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UNCLE Elephant & Castle Apartment Interior

11 of the best places to live in London

Perhaps the most famous declaration about our nation’s capital is ‘When a man is tired of London he is tired of life’. The speaker was 18th Century man of letters Samuel Johnson, sole author of one of the most influential early dictionaries of English. Johnson’s quote lingers on in the popular imagination because it captures the seemingly inexhaustible variety of this huge and beguiling metropolis.

London is both a big city and a dense patchwork of communities woven together by history, each with their own atmosphere, sights, tastes and sounds. Many long term Londoners develop a fierce attachment to their own boroughs and will insist that theirs is definitely the best place to live and work. But who’s right?

They all are. The best places to live in London all have something distinctive to offer - their own unique blends of culture, convenience and access that appeal to different types of Londoner. Let’s take a look at a few of the neighbourhoods to have received the UNCLE stamp of approval.

Four affordable options in London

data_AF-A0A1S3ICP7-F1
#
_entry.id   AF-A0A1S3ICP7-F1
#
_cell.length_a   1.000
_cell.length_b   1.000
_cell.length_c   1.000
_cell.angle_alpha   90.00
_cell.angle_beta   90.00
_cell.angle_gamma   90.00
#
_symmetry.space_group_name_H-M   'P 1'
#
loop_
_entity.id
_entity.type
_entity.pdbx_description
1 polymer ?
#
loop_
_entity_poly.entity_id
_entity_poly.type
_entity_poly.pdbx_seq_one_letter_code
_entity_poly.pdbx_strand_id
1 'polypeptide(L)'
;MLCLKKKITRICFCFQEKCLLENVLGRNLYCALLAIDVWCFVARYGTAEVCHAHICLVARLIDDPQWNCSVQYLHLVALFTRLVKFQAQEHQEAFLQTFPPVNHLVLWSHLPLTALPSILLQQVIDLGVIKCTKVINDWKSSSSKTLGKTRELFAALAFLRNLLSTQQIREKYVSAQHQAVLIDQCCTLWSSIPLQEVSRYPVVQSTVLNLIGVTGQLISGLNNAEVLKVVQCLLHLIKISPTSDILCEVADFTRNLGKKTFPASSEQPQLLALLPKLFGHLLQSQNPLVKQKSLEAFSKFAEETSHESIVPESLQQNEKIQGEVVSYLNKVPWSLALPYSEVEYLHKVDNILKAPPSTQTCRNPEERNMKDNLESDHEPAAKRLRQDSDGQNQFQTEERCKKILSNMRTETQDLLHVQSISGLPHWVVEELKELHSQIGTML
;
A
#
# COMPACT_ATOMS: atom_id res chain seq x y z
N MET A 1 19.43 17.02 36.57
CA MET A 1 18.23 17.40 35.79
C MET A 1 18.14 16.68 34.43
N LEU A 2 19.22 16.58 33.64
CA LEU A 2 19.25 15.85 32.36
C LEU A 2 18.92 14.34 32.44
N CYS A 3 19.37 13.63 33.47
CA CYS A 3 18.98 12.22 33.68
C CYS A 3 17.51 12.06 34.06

1. Dalston

Dalston is an up-and-coming area of Hackney in east London. The neighbourhood borders fashionable Shoreditch (see below), and has been home to a vibrant, multi-ethnic community for more than 100 years. Dalston is notable for its lively outdoor market, dynamic nightlife and a multitude of delicatessens and bakeries.

"Many long term Londoners develop a fierce attachment to their own boroughs and will insist that theirs is definitely the best place to live and work. But who’s right?"

Dalston has been slowly gentrifying since the 2012 London Olympics and the earlier reopening of the Zone 2 London Overground station, but the region is still one of the most affordable areas in central London, with an accommodating mix of family homes and accessible flats close to local facilities.